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Exelon Holds First Innovation Expo as Part of Emerging Technology Initiative

Baltimore event is first in a series bringing experts together to share ideas, explore new technology



BALTIMORE - Remotely piloted robots mingled with hundreds of employees strolling the halls of the Pier 5 Hotel yesterday as Exelon Corporation launched the first in a series of Innovation Expos aimed at bringing together employees and outside experts to explore innovative solutions to complex business problems.

The event focused on ways Exelon can create value by tapping into the burgeoning field of "big data," which describes the ever-expanding volume of data that companies and consumers generate and interact with every day.

Participants in the Innovation Expo heard experts from MasterCard, General Electric, C3 Energy and other companies describe how they are harvesting terabytes of data to learn more about their customers, drive innovation and increase productivity and growth. Approximately 450 employees attended the all-day event held in Baltimore, which is home to Exelon's Constellation and BGE subsidiaries.

"The growing linkage between advanced technology and the creative use of data provides opportunities for Exelon to develop new energy products and services, operate our businesses more efficiently and better serve customers," said Sonny Garg, senior vice president and chief information and innovation officer for Exelon. "As the energy industry becomes increasingly competitive, events like this help Exelon gain an edge by identifying emerging technologies and adapting the best ideas from inside and outside the company."

Employees unable to attend the expo in person were invited to roam the conference hall by remotely piloting one of several robots developed by Double Robotics. The robots, which consist of a mobile robot base fitted with a vertical stem that holds an iPad, are one recent example of how Exelon is using technology and innovation to improve efficiency. The droids are controlled remotely over an Internet connection, saving employee travel costs and making more efficient use of time. Using the iPad's camera and microphone, users can interact with colleagues, attend meetings and take in their surroundings as they move about remote locations via robot.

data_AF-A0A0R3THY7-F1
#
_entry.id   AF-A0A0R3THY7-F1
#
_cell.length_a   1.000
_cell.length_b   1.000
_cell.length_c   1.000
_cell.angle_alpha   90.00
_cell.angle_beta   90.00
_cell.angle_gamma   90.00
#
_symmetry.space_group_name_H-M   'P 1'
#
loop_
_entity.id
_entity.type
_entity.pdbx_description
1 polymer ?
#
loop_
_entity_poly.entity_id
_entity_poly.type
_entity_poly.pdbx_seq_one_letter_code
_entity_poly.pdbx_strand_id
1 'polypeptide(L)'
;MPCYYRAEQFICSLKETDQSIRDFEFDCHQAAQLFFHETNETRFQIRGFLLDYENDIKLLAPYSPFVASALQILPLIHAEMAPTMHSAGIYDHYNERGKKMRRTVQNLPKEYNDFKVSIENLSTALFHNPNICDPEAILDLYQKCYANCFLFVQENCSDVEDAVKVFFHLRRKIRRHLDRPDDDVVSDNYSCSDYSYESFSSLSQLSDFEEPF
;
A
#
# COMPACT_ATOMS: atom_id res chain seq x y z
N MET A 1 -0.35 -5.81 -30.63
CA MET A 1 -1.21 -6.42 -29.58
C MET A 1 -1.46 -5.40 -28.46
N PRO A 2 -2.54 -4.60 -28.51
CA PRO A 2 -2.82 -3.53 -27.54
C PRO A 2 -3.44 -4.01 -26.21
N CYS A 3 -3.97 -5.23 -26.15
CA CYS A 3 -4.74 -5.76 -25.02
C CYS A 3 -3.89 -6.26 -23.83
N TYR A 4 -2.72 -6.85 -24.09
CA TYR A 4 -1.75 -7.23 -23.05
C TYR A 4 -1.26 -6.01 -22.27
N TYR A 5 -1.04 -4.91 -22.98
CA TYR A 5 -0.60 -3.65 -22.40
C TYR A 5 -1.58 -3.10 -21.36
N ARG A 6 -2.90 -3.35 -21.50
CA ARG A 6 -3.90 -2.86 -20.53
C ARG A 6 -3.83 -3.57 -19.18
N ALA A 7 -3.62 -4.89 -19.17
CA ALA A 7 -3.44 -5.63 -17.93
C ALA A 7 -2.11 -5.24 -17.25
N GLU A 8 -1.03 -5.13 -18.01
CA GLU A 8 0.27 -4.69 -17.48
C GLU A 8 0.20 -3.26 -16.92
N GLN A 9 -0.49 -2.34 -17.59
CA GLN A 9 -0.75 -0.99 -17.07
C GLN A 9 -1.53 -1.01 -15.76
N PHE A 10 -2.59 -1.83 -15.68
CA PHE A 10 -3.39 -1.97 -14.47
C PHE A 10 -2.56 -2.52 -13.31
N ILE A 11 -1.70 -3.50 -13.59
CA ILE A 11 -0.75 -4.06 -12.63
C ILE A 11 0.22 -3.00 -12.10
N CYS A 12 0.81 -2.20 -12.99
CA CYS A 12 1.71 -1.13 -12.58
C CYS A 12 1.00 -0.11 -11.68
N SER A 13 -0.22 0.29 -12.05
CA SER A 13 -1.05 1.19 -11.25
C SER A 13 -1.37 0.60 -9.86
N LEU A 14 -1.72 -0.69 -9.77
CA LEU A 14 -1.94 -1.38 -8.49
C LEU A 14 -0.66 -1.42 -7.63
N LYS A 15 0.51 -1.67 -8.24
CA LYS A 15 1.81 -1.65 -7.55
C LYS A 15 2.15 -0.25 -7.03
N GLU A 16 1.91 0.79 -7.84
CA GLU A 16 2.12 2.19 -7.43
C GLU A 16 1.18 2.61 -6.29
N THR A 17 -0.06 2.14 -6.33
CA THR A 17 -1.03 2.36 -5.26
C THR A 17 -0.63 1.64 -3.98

A key element of big data involves harvesting and analyzing large data streams, looking for patterns and identifying ways to effectively exploit the information to make better business decisions. For example, deep data analysis is helping Exelon design more effective customer service systems, optimize maintenance practices, identify ways to reduce costs across the enterprise and develop products that help customers make smarter use of energy. The Innovation Expo explored applications for big data in a series of panel discussions moderated by Robert C. Wolcott, a senior lecturer at the Kellogg School of Management, Northwestern University, and executive director of the Kellogg Innovation Network.

"Exelon is really two companies - an energy company and a customer service company - and underlying both of those are a lot of data sets," Wolcott said. "Leveraging these data and bringing employees together to drive innovation across the enterprise is critical to providing top-quality customer service and delivering reliable, clean energy."

In advance of the Innovation Expo, Exelon challenged employees to submit posters showcasing innovative ideas they are currently developing. More than 60 posters were displayed at the event as part of the companywide competition.